Guy: "Wait, so what they're saying is, Samsung is the same as Apple?"
Friend: "I know, right? Makes me think twice about how much I paid for my Mac Book"
Guy: "Seriously"

Not 10 minutes later, a husband and wife, same newspaper:

Husband: "... Samsung's iPad is the same as Apple's iPad, and I paid how much for the Apple one? Honey, I told you they were a ripoff", after looking up the Samsung tablet on his iPhone.
Wife: "Oh wow," looking at the screen, "... that's a lot cheaper. Think we can return it?"

I put my Samsung QX410 on my table, and started to plug in, when he leans over to me, "Sorry, you don't mind if I ask, how much did you pay for your Samsung laptop?"

"Oh, no worries, it was $700." I replied. 

I watched shock overcome his face, like actual shock. He looked at me, blankly, for an awkward amount of time, "Mind if I have a look?" he asked. 

So, I obliged, and showed him a few things. He commented on Windows 7, so I opened up my virtual machine of OS/X... By the time the conversation was over, he was ready to kick Cupertino in the nuts, I think.

... Now, the punchline: 

I'm writing this post after the FOURTH group of Starbucks patrons have made the connection that Samsung is now the same as Apple. They don't know the details, they don't really care, what they know is Apple is saying that Samsung is the same as Apple ... and with one simple Google Search, you get prices that are basically half for what seems to be the same products -- for nearly everything. 

Two of these groups (including the husband/wife) asked me about my Samsung laptop, the second group noticed my Galaxy phone (also by Samsung)... Best billion dollar ad-campaign Samsung ever had.
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Ramin Keene

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I just looked at the nearly final returns, and compared with the predictions in http://fivethirtyeight.blogs.nytimes.com/ that were updated as of this morning.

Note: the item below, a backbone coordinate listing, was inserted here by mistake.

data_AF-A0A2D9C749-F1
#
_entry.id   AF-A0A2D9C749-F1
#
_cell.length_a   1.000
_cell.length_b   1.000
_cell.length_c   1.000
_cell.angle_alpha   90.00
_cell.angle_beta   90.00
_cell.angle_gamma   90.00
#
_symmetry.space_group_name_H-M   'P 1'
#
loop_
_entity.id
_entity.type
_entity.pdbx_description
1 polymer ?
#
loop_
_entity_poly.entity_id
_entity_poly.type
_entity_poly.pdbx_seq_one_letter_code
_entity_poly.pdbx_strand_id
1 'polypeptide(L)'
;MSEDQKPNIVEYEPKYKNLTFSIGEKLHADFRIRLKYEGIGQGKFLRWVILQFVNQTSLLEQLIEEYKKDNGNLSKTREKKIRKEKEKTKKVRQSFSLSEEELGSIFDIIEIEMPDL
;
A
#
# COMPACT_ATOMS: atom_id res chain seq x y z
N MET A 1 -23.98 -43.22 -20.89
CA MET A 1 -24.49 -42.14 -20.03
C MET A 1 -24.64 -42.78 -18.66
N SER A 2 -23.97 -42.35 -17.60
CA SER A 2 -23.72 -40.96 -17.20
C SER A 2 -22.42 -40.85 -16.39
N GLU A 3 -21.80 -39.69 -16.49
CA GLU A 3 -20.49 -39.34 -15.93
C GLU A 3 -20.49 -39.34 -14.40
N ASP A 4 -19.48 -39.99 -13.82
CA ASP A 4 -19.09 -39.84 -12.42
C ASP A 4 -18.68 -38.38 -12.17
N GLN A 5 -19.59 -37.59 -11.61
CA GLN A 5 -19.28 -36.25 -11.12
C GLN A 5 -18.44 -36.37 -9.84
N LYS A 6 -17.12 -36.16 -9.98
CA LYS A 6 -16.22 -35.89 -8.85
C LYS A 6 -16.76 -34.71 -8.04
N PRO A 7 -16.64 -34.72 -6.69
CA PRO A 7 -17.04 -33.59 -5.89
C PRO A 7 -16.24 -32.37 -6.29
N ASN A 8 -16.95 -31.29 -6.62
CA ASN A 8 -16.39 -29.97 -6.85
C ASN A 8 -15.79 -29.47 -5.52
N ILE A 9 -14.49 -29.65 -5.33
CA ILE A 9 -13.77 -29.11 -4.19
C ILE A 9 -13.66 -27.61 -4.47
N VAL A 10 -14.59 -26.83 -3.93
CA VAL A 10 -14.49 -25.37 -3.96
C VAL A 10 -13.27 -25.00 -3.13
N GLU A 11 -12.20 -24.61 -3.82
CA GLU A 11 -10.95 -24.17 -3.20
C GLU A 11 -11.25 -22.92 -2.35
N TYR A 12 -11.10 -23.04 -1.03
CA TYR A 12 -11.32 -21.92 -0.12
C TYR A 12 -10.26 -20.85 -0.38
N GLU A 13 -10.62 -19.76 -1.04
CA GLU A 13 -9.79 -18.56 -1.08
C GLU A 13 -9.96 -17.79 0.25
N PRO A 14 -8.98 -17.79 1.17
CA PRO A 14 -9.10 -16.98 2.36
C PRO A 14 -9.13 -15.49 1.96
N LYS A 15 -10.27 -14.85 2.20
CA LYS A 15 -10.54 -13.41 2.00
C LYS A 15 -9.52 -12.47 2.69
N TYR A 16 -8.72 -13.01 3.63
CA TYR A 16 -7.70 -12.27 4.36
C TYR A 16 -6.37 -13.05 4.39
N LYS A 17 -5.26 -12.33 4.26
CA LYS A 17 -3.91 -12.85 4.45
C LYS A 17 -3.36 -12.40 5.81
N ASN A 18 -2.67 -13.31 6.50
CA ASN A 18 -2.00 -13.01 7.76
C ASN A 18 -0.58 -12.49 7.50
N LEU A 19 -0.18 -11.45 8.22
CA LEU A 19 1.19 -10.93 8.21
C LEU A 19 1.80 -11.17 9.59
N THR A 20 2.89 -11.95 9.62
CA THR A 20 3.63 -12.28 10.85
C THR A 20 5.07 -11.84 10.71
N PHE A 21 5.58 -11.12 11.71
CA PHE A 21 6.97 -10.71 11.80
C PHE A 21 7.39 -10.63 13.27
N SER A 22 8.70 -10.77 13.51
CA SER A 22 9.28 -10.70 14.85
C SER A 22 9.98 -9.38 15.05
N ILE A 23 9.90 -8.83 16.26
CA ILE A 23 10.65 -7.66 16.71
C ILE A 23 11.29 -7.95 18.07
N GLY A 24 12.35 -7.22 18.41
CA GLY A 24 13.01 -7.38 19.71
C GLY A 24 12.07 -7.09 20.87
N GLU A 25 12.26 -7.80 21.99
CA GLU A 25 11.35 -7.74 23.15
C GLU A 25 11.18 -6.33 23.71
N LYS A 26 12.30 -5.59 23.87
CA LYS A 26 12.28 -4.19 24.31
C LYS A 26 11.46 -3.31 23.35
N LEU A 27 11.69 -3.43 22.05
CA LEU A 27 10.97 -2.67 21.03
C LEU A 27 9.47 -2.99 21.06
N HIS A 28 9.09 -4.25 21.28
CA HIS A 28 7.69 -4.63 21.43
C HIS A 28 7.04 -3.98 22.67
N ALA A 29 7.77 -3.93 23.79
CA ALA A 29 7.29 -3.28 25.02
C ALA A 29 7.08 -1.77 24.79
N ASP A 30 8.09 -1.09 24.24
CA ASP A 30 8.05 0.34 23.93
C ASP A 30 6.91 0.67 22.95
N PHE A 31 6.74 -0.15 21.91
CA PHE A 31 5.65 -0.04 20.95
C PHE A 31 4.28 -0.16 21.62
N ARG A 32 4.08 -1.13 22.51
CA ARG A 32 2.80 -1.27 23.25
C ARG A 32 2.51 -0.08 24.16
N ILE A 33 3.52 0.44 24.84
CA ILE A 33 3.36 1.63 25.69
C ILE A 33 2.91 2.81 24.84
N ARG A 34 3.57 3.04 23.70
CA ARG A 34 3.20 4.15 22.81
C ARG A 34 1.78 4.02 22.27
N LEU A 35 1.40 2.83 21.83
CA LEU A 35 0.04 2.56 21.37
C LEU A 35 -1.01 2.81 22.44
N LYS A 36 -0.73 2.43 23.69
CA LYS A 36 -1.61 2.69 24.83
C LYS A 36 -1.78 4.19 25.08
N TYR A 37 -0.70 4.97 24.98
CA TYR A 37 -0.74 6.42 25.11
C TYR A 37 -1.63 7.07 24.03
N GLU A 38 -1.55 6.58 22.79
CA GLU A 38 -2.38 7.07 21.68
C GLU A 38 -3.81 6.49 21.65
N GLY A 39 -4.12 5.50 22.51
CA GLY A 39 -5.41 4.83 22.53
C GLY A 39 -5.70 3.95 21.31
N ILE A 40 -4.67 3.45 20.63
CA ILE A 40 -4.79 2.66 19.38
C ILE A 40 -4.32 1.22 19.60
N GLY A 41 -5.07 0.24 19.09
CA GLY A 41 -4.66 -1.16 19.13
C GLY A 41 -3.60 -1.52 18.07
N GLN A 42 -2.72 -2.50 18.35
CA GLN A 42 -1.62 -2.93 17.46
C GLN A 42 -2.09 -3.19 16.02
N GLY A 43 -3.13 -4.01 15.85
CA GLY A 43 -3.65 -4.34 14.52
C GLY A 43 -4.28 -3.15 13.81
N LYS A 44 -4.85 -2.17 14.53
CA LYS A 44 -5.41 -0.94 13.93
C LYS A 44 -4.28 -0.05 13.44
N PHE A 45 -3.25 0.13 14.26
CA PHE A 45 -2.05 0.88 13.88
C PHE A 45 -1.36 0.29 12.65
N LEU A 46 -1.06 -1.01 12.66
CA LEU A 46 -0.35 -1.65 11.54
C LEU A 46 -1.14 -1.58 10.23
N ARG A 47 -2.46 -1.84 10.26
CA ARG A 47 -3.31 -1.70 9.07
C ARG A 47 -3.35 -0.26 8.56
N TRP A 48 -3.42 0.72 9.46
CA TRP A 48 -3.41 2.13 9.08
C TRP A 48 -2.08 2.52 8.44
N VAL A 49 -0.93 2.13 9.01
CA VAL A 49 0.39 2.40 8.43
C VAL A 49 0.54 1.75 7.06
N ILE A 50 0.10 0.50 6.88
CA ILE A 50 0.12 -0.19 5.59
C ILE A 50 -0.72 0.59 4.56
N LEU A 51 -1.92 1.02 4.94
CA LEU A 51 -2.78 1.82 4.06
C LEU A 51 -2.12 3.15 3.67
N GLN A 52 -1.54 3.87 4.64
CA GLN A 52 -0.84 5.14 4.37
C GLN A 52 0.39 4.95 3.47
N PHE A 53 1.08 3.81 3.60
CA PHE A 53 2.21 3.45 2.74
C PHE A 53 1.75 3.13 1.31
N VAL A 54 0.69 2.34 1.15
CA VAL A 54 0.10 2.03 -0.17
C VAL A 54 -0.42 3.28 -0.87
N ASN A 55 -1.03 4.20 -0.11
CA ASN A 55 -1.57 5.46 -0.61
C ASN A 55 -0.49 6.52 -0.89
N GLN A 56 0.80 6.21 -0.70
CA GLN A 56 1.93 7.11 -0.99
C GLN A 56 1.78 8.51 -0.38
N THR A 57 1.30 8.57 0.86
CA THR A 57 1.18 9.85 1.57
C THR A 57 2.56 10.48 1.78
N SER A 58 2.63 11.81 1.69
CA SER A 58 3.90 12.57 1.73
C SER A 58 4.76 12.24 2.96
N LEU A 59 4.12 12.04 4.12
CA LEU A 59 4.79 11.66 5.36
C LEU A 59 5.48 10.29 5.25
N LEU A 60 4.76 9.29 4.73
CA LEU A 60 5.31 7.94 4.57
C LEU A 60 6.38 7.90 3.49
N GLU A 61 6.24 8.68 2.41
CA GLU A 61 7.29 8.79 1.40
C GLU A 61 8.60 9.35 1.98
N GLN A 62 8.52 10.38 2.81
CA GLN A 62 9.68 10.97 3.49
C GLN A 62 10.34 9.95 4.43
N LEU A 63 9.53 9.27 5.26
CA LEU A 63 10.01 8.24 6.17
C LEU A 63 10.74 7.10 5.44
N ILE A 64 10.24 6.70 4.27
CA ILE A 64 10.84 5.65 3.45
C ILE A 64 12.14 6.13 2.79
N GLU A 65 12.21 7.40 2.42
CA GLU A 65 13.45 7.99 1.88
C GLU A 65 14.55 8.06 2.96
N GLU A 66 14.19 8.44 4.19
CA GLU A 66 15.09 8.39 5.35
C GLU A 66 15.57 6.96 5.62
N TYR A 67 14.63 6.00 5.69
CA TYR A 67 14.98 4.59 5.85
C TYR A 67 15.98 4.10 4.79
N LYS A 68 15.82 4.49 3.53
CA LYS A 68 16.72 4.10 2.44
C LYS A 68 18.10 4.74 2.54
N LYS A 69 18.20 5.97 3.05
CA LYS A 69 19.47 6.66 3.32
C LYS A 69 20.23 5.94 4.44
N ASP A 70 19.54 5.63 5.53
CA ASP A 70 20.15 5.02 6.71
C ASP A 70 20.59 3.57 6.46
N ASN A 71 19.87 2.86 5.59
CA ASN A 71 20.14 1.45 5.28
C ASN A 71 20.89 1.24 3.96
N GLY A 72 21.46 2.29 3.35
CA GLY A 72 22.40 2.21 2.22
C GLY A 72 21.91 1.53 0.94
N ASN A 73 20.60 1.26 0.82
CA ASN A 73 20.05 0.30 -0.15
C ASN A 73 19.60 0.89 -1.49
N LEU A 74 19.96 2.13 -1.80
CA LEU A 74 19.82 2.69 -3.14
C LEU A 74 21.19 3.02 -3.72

It looks to me like Nate Silver correctly predicted every single state.  Including Florida.  In the morning I'll check how closely he nailed the popular vote.  Right now Romney is ahead by a hair, but most of California is not in yet, which will clearly change that.

From an alternate universe, http://www.mercurynews.com/ci_21930284/seven-people-predicting-romney-victory-tomorrow?source=most_viewed can give a lesson in how NOT to interpret polls.
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Indoor location services are going to be huge. Lots of new smartphone apps will help you find your friends on a college campus, at a shopping mall, or office building. Retailers will offer coupons, ads or offers, based on which aisle you are in at the supermarket or grocery store. LOTS of innovation coming in indoor location. Read this story by VentureBeat.
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There are lots of business models and lots of technology approaches. This report details research by over 20 major mobile companies and R&D by over 30 start-ups in the area. http://www.grizzlyanalytics.com/report_2012_05_indoor.html 
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"he considered hanging out and thinking an extremely valuable way to spend your time"